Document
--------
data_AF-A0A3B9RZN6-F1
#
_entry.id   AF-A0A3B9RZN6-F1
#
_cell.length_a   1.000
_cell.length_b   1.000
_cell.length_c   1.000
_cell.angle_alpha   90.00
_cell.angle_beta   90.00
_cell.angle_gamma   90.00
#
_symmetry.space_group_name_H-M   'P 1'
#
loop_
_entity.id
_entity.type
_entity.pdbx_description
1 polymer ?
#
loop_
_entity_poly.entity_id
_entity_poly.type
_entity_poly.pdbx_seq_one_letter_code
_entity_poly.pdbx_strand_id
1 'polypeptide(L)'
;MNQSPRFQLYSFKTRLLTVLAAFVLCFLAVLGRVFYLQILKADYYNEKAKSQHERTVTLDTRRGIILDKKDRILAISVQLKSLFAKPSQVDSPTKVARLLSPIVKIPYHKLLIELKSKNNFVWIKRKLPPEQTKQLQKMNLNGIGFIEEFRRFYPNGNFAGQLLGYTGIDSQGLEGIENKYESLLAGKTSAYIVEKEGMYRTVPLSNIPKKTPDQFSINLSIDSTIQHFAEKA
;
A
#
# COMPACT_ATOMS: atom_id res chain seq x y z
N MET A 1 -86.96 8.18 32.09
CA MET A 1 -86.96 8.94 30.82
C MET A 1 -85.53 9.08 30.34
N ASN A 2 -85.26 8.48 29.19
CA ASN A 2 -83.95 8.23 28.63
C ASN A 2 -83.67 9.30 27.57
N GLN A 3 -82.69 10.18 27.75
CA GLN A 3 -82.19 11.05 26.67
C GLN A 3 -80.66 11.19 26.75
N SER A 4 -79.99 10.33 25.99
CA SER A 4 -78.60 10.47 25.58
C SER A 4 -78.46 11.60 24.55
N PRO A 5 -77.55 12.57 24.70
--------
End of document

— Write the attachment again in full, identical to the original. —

data_AF-A0A3B9RZN6-F1
#
_entry.id   AF-A0A3B9RZN6-F1
#
_cell.length_a   1.000
_cell.length_b   1.000
_cell.length_c   1.000
_cell.angle_alpha   90.00
_cell.angle_beta   90.00
_cell.angle_gamma   90.00
#
_symmetry.space_group_name_H-M   'P 1'
#
loop_
_entity.id
_entity.type
_entity.pdbx_description
1 polymer ?
#
loop_
_entity_poly.entity_id
_entity_poly.type
_entity_poly.pdbx_seq_one_letter_code
_entity_poly.pdbx_strand_id
1 'polypeptide(L)'
;MNQSPRFQLYSFKTRLLTVLAAFVLCFLAVLGRVFYLQILKADYYNEKAKSQHERTVTLDTRRGIILDKKDRILAISVQLKSLFAKPSQVDSPTKVARLLSPIVKIPYHKLLIELKSKNNFVWIKRKLPPEQTKQLQKMNLNGIGFIEEFRRFYPNGNFAGQLLGYTGIDSQGLEGIENKYESLLAGKTSAYIVEKEGMYRTVPLSNIPKKTPDQFSINLSIDSTIQHFAEKA
;
A
#
# COMPACT_ATOMS: atom_id res chain seq x y z
N MET A 1 -86.96 8.18 32.09
CA MET A 1 -86.96 8.94 30.82
C MET A 1 -85.53 9.08 30.34
N ASN A 2 -85.26 8.48 29.19
CA ASN A 2 -83.95 8.23 28.63
C ASN A 2 -83.67 9.30 27.57
N GLN A 3 -82.69 10.18 27.75
CA GLN A 3 -82.19 11.05 26.67
C GLN A 3 -80.66 11.19 26.75
N SER A 4 -79.99 10.33 25.99
CA SER A 4 -78.60 10.47 25.58
C SER A 4 -78.46 11.60 24.55
N PRO A 5 -77.55 12.57 24.70